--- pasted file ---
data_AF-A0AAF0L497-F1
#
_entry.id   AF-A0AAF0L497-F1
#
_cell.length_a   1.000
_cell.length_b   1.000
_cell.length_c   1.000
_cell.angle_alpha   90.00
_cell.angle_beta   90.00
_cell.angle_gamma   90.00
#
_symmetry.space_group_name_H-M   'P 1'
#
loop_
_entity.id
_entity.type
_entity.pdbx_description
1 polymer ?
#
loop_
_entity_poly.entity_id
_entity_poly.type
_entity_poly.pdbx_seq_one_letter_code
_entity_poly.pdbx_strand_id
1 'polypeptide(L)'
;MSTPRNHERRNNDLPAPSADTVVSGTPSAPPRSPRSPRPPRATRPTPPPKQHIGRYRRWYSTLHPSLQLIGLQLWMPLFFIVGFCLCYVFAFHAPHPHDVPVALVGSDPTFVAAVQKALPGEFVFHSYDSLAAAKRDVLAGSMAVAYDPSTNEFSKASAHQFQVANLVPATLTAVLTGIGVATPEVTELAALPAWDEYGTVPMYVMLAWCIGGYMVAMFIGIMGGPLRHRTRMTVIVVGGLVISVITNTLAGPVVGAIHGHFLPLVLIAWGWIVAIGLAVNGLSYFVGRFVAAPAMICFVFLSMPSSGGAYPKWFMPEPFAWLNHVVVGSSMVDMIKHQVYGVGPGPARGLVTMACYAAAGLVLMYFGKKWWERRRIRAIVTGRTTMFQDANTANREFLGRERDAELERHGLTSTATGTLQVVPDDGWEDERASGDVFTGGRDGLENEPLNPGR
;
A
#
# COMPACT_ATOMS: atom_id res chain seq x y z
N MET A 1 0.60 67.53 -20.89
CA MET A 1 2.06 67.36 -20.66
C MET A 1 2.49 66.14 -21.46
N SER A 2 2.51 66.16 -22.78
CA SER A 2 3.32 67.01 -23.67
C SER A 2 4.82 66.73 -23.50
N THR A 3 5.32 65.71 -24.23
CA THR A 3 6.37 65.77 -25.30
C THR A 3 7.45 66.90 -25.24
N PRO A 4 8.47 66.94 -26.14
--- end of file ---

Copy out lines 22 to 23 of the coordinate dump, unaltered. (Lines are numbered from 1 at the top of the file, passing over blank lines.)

_entity_poly.type
_entity_poly.pdbx_seq_one_letter_code